Office of Public Affairs | Pharmacy Owner Sentenced for Paying Illegal Kickbacks and Engaging in a Money Laundering Conspiracy

A Texas pharmacy owner was sentenced today to four years and four months in prison and ordered to pay over $59 million in restitution for paying illegal kickbacks and engaging in a money laundering conspiracy.

According to court documents and evidence presented at trial, Richard Hall, 53, of Fort Worth, worked with others to create and market expensive compounded medications, which are intended to be custom-tailored to individual patient needs. Hall paid marketers to recruit area doctors to write prescriptions for these expensive compounded medications, including by creating so-called “investment opportunities” so that doctors who wrote prescriptions to the pharmacy could profit from the pharmacy operations. Hall paid illegal kickbacks to these marketers and engaged in a conspiracy to launder the unlawful proceeds.  

A federal jury in the Northern District of Texas convicted Hall in July 2023 of four counts of paying and receiving unlawful kickbacks and one count of conspiring to launder money.

Principal Deputy Assistant Attorney General Nicole M. Argentieri, head of the Justice Department’s Criminal Division; Special Agent in Charge Michael Mentavlos of the Defense Criminal Investigative Service (DCIS); Special Agent in Charge Jason E. Meadows of the Department of Health and Human Services Office of Inspector General (HHS-OIG) Dallas Regional Office; Special Agent in Charge Chad B. Yarbrough of the FBI Dallas Regional Office; Special Agent in Charge Casey Howard of the Department of Labor Office of Inspector General (DOL-OIG) Central Regional Office; and Special Agent in Charge Kris Raper of the Department of Veterans Affairs Office of Inspector General (VA-OIG) South Central Field Office made the announcement.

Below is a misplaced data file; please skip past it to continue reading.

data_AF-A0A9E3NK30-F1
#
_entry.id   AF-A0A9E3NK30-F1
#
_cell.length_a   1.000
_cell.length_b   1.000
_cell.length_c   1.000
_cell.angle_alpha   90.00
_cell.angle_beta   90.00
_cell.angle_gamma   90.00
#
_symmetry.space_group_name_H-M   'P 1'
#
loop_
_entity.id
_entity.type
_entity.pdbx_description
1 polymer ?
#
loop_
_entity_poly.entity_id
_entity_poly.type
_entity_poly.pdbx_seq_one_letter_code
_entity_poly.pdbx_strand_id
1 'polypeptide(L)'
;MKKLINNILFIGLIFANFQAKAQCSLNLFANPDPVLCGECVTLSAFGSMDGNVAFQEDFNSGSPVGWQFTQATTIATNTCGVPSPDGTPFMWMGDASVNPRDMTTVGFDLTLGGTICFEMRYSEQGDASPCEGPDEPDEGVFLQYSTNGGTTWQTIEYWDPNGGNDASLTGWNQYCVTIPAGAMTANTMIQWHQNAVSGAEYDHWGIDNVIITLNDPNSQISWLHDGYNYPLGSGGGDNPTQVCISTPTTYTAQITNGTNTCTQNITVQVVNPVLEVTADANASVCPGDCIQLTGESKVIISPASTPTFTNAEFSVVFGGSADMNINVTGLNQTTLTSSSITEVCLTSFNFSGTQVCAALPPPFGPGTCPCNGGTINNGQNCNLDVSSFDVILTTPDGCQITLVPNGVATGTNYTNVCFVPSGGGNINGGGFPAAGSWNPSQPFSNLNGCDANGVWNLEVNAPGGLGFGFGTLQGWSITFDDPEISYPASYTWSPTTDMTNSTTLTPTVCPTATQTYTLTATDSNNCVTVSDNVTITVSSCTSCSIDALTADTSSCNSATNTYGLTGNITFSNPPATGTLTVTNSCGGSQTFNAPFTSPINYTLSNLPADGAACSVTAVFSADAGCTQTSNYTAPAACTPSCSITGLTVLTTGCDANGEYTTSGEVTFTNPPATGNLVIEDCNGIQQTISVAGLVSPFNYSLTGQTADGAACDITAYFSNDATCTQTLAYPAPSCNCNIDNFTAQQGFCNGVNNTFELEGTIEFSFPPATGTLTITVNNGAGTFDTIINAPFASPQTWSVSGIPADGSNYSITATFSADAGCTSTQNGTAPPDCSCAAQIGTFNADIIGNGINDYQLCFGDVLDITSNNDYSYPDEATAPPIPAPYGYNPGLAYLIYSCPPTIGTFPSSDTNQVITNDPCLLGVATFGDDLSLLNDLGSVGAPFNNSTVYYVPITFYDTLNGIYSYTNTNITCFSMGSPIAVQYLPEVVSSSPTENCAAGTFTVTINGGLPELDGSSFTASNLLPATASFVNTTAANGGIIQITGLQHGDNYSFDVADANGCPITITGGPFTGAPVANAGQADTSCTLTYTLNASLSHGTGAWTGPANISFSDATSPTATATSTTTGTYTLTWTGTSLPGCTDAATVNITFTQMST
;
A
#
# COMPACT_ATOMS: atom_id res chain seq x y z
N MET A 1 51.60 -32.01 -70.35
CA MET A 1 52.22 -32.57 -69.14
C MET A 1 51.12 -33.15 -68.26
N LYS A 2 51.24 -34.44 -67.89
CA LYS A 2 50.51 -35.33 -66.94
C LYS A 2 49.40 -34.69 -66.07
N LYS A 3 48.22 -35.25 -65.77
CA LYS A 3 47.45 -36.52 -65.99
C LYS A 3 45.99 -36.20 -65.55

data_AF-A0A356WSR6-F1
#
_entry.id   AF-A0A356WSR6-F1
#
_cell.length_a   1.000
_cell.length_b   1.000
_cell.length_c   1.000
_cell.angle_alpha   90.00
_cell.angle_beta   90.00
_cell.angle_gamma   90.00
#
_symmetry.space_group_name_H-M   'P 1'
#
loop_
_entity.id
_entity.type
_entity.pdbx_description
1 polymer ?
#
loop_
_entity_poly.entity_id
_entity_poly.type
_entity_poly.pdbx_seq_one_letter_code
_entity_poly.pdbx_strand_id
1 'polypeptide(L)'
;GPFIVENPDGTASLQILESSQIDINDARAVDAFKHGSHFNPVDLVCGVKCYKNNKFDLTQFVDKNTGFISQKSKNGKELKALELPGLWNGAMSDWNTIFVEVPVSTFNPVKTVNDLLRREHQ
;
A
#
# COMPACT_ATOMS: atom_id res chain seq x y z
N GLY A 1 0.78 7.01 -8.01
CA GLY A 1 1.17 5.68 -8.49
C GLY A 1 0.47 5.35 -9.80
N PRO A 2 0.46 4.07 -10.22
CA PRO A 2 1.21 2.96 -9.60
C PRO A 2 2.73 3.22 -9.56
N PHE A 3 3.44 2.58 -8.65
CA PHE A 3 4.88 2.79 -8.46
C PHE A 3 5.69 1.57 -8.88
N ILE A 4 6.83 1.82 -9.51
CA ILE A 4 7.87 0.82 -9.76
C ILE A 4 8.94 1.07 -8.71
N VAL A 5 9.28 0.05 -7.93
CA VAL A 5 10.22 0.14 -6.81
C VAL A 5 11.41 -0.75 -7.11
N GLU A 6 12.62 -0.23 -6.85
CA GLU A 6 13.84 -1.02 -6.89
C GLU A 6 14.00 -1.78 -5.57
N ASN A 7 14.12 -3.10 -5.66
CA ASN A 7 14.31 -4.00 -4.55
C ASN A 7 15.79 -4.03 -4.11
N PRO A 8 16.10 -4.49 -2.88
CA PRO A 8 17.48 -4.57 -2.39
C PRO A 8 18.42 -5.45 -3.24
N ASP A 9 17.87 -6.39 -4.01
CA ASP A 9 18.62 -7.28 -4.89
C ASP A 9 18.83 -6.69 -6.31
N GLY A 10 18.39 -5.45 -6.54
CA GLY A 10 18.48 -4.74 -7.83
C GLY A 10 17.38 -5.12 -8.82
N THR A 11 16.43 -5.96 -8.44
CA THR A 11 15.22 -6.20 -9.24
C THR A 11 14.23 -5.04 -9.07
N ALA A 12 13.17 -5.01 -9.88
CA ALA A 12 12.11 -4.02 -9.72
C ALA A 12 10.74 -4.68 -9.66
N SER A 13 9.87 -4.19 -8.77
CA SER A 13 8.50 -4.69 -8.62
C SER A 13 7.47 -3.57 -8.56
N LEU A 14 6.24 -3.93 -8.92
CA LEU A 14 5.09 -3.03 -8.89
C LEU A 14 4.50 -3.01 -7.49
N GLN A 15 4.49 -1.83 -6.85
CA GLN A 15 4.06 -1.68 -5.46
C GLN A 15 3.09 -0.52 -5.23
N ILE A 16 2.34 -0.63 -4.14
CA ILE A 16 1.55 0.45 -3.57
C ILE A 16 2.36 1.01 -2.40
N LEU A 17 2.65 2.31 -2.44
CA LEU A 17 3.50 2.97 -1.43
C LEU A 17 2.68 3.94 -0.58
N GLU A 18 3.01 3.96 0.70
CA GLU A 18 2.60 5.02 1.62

The DCIS, HHS-OIG, FBI, DOL-OIG, and VA-OIG investigated the case.

Assistant Chiefs Kate Payerle and Brynn Schiess and Trial Attorneys Lee Michael Hirsch and Jacqueline DerOvanesian of the Criminal Division’s Fraud Section prosecuted the case.

The Fraud Section leads the Criminal Division’s efforts to combat health care fraud through the Health Care Fraud Strike Force Program. Since March 2007, this program, currently comprised of nine strike forces operating in 27 federal districts, has charged more than 5,400 defendants who collectively have billed federal health care programs and private insurers more than $27 billion. In addition, the Centers for Medicare & Medicaid Services, working in conjunction with HHS-OIG, are taking steps to hold providers accountable for their involvement in health care fraud schemes. More information can be found at

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